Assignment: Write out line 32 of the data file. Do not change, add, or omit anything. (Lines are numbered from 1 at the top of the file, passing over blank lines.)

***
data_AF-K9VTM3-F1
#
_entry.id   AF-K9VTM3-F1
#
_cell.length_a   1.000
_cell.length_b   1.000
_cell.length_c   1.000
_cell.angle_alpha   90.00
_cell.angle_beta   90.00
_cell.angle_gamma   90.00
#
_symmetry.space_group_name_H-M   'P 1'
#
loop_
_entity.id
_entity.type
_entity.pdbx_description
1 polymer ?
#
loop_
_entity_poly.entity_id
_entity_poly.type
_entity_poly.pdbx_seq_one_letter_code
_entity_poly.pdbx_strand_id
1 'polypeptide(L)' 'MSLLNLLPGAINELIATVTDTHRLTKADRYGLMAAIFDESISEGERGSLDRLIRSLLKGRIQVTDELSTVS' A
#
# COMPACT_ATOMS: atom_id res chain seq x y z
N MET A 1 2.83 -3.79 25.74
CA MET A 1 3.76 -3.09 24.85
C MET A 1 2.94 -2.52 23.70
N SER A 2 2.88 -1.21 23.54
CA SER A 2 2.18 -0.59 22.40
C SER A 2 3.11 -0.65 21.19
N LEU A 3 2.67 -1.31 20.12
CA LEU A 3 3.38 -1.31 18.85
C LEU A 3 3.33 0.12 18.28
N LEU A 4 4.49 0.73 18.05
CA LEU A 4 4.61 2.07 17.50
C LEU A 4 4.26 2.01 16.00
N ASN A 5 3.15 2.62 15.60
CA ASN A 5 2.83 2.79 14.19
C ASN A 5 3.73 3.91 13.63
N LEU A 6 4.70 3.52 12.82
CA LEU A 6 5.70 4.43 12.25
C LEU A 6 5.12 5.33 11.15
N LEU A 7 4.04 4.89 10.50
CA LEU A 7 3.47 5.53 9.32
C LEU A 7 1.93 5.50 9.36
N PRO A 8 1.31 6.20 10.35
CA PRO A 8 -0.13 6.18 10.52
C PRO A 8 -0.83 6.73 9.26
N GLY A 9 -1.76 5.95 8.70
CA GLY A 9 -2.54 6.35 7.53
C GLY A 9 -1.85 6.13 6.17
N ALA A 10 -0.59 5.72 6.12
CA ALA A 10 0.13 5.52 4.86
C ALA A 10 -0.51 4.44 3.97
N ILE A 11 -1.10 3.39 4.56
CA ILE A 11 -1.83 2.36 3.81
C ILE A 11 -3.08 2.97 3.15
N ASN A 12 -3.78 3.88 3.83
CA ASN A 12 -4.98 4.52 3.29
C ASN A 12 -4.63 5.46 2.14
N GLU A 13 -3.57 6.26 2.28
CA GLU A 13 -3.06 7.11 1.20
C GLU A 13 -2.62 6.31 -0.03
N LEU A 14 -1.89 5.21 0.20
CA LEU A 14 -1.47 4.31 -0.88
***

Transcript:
CA SER A 2 2.18 -0.59 22.40